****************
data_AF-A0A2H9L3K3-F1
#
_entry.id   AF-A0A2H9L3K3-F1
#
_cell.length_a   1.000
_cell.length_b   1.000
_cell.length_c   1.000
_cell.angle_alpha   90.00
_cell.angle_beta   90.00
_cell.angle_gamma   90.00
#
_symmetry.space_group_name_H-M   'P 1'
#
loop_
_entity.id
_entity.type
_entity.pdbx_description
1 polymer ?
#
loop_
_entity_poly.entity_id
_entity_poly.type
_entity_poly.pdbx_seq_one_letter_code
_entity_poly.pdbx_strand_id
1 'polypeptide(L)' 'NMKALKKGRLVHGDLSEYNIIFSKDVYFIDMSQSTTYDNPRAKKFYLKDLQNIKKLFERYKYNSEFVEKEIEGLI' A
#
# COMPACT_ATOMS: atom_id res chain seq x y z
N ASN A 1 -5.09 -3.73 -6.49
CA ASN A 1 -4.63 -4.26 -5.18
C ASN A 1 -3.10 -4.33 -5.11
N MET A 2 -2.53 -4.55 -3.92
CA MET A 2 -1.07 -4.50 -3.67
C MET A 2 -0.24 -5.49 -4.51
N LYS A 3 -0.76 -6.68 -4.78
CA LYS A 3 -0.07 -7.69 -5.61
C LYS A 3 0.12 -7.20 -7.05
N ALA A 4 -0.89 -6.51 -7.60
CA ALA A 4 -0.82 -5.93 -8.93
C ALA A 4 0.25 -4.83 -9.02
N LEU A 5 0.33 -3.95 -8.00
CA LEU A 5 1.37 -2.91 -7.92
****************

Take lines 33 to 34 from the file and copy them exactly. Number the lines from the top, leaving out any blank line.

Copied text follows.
C MET A 2 -0.24 -5.49 -4.51
N LYS A 3 -0.76 -6.68 -4.78